Arahmaiani discussed the intersection of cultures and spirituality in artistic practices, at the 2015 Arts & Museum Summit.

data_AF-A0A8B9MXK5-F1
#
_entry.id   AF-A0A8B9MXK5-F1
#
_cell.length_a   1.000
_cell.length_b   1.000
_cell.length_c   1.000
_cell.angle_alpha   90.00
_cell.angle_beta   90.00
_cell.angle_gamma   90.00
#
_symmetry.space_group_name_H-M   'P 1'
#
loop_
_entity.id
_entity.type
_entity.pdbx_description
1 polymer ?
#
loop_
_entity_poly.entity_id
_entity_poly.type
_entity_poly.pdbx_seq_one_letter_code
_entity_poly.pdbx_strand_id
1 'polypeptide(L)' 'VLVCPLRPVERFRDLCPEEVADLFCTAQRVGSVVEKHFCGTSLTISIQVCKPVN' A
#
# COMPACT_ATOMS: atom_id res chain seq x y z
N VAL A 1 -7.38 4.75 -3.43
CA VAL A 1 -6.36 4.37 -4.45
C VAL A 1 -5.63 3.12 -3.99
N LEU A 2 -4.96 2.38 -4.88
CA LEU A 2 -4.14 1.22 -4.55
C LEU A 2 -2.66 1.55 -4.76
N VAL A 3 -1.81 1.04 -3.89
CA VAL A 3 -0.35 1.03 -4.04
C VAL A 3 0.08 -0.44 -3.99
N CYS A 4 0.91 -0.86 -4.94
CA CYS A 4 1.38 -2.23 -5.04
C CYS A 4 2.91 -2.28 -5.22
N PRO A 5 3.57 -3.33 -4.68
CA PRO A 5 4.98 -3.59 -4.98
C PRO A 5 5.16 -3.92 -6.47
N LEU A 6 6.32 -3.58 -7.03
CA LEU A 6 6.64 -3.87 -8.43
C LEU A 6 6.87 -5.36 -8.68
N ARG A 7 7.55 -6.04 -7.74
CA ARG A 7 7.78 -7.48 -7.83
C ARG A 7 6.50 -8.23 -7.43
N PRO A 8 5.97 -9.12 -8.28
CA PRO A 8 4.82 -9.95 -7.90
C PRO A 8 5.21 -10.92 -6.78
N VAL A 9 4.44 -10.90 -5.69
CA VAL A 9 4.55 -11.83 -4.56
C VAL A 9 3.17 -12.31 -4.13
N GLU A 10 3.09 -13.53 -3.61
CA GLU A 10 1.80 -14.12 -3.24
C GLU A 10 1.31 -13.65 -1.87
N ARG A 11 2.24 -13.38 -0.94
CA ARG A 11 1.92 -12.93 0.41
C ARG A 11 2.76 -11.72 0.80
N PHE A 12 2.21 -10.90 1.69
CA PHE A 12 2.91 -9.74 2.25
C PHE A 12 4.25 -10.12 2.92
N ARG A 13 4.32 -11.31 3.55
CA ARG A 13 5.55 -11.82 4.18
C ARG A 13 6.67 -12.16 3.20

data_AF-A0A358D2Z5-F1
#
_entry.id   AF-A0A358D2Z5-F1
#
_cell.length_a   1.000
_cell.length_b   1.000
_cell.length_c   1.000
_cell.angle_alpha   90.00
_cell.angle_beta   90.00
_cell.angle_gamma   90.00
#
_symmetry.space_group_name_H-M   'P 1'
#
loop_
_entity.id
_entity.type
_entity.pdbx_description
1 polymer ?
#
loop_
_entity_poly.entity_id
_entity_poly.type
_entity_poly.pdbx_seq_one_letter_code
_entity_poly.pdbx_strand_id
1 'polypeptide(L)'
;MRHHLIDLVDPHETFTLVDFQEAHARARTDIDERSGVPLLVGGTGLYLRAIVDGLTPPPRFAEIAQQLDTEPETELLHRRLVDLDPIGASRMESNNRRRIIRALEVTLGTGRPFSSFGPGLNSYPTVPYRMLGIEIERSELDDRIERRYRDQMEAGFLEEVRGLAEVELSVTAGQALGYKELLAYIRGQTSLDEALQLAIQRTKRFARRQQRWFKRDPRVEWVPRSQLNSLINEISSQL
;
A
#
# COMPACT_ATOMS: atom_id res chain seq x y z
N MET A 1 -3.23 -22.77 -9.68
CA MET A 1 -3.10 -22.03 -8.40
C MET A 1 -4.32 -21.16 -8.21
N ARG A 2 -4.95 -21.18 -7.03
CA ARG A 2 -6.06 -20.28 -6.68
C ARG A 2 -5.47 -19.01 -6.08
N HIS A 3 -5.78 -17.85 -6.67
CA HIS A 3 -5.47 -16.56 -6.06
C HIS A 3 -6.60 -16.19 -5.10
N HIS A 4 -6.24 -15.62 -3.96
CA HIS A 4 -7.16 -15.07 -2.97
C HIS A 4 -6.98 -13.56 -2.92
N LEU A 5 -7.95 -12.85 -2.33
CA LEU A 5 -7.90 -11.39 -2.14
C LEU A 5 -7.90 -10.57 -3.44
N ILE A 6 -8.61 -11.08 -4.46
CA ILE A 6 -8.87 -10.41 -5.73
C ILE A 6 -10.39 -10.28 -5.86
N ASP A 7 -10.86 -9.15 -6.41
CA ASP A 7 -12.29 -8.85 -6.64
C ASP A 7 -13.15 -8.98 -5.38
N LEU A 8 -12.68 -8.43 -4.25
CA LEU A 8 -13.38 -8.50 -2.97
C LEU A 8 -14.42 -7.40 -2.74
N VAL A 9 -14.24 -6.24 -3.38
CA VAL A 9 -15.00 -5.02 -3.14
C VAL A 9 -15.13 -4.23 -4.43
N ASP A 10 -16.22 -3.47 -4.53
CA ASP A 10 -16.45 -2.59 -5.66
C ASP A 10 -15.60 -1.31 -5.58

Arahmaiani is one of Indonesia’s most respected and iconic contemporary artists. In the 1980s and 1990s, she established herself as a pioneer in performance art in Southeast Asia. Her multidisciplinary practice incorporates painting, drawing, installation, video, poetry, dance, and music. Her work has grappled with contemporary politics, violence, critiques of capitalism, the female body, and in recent years, her identity as a Muslim who uses aspects of Islamic, Hindu, Buddhist, and animist beliefs in her work. In her prolific career of activism combined with artistic practice, she has used her influence to direct attention to violence against women and female discrimination in Indonesia’s Islamic community, as well as to fight against the stigmatization of Islam after September 11. Since 2010, a focus of her work has been the environmental issues in the Tibetan plateau region, where she has been collaborating with local monks and villagers to foster environmental protection. Her work has been shown widely in exhibitions around the world, including Suspended Histories, Museum Van Loon, Amsterdam (2014); Global Feminism, Brooklyn Museum (2007); and the landmark exhibition Traditions/Tensions, Asia Society, New York (1996). In 2003, Arahmaiani was one of theartists representing Indonesia at the 50th Venice Biennale.